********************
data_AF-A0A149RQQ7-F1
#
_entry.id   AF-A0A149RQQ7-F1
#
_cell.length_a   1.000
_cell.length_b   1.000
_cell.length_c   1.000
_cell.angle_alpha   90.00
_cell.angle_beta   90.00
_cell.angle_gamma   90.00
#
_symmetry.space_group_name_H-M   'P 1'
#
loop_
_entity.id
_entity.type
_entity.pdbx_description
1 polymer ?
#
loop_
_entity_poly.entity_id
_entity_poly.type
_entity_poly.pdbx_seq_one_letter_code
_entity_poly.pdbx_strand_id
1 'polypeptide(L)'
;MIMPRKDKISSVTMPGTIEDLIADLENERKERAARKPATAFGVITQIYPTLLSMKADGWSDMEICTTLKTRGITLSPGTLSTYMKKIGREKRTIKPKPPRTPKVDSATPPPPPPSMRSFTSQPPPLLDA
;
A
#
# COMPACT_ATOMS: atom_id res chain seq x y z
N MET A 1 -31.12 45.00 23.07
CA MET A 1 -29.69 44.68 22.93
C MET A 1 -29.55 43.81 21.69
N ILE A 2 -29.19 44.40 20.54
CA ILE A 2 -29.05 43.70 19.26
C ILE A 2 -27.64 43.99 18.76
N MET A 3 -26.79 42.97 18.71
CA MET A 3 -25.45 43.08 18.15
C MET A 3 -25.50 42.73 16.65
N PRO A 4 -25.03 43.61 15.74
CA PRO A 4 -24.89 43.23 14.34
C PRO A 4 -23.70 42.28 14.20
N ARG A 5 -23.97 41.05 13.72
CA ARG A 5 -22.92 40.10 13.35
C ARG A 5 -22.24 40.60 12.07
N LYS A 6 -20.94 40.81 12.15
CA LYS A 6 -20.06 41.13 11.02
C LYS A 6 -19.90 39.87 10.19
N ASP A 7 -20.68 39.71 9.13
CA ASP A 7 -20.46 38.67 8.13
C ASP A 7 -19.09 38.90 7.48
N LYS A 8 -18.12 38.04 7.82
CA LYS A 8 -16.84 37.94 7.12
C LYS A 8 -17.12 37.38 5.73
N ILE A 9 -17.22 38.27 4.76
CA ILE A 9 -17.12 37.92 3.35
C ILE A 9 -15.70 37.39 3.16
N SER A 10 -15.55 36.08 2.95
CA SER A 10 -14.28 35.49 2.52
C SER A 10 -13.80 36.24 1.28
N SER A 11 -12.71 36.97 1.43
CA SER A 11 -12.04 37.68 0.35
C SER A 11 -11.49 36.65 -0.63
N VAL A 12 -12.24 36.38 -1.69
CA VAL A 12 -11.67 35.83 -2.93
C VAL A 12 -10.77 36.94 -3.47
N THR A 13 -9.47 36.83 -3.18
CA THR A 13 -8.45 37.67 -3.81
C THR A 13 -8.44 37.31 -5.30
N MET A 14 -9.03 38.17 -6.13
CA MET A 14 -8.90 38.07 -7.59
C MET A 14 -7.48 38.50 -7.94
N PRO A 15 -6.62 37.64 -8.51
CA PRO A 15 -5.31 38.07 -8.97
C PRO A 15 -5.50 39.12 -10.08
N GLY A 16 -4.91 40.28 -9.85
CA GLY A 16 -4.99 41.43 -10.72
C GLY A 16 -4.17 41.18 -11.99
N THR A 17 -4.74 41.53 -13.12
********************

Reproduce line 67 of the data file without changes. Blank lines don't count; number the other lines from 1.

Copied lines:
N THR A 13 -9.47 36.83 -3.18